'Access Denied': Law Society's 25-point plan to salvage civil justice following government cuts

in Media
Law Society Gazette:

The Law Society is calling for a root-and-branch overhaul of civil legal aid provision to help repair the damage inflicted by deep cuts four years ago.

In a report* published today, Chancery Lane says spending and eligibility curbs implemented through the Legal Aid, Sentencing and Punishment of Offenders Act 2012 have denied justice to the vulnerable, created chaos in the courts and shifted costs to other state agencies - including the NHS.

The Society also urges the new government to get on with the post-implementation review of LASPO set in train earlier this year by now departed justice minister Sir Oliver Heald. The review was aborted by the general election.

LASPO removed lawyers from the justice process to save £450m a year. But this has proved a ‘false economy’ by deterring people from seeking early advice and shunting problems elsewhere, the Society alleges. 

President Robert Bourns said: ‘The demographics of legal aid recipients before 2012 clearly indicate these cuts have fallen disproportionately on the most economically deprived and vulnerable members of society. Early legal advice can help people sort out their problems and prevent them from having to rely on welfare support or involve the courts. This makes a real difference to them but also saves taxpayers’ money.’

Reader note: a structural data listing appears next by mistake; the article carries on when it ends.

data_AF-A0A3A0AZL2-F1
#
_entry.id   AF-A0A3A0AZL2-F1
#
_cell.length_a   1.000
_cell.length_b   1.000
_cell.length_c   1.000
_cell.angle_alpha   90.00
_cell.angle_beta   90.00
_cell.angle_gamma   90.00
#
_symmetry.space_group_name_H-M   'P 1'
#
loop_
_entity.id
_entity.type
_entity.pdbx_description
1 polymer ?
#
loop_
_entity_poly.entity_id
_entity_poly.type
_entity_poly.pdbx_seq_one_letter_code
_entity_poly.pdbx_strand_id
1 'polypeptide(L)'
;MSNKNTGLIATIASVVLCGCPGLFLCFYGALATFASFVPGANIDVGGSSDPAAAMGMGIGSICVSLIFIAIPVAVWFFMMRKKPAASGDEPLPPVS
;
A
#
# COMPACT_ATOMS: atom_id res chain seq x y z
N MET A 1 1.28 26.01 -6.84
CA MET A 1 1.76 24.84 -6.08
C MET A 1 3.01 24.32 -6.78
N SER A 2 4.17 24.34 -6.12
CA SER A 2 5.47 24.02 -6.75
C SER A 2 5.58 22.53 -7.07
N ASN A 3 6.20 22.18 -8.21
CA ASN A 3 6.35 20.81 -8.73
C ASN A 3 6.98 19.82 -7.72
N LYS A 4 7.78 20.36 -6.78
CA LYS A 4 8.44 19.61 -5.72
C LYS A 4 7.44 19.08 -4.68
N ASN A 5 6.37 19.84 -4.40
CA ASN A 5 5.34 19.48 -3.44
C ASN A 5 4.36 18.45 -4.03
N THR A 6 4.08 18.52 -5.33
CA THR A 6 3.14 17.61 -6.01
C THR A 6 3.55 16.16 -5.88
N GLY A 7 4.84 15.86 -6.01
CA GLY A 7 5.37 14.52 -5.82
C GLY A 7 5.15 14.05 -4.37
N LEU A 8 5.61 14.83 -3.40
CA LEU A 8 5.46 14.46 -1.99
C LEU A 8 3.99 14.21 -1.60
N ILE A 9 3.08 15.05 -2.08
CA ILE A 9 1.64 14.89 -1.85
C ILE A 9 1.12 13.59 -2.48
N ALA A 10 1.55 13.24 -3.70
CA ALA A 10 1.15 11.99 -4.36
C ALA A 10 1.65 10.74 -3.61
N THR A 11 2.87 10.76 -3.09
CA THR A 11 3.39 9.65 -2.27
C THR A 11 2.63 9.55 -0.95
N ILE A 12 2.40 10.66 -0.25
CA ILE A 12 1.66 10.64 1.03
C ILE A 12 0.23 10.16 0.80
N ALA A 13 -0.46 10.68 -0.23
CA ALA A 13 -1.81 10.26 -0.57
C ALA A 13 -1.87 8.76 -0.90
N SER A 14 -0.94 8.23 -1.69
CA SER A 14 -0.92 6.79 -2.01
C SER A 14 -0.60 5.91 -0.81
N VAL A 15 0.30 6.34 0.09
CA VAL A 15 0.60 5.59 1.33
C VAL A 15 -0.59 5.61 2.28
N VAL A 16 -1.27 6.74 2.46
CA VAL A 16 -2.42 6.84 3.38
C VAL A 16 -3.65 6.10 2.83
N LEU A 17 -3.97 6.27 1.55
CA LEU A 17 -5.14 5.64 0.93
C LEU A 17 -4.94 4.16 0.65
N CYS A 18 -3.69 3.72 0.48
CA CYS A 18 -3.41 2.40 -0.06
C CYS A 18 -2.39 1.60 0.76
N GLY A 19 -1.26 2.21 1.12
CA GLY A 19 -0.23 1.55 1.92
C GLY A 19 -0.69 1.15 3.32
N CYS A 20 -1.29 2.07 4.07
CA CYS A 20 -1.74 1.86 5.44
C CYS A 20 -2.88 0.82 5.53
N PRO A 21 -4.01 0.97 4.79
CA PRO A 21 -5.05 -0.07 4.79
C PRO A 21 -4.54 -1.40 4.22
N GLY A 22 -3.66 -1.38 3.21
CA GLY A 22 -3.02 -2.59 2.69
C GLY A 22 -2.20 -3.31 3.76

He added: ’Behind the data are hundreds of thousands of people who can no longer obtain legal aid for matters such as family break up, a range of housing problems, challenges to welfare benefits assessments, employment disputes, or immigration difficulties.’

The Society’s report partly echoes widespread criticism of the reforms from other influential quarters, including the Commons justice committee of MPs. In 2015 the committee reported that the changes had led to a ‘substantial’ increase in litigants in person, growing pressure on the courts, a fall in mediation and reports of ‘advice deserts’.

The timing of Chancery Lane’s own review is opportune, with media commentators questioning whether the restriction of legal aid in housing may have contributed to the Grenfell Tower disaster.

The report points out that some housing cases are no longer eligible for legal aid, adding that ‘people now have a stark choice: to pay for their own legal advice, represent themselves, or be excluded from the justice system altogether’. Bourns added: ’There have been reports that tenants of Grenfell Tower were unable to access legal aid to challenge safety concerns because of the cuts. If that is the case then we may have a very stark example of what limiting legal aid can mean.’

The report contains 25 recommendations for reform and restitution of civil legal aid provision (below). These include: reviewing and uprating the means test; commissioning an independent review of the system’s sustainability; and reinstating legal aid for early advice in family cases.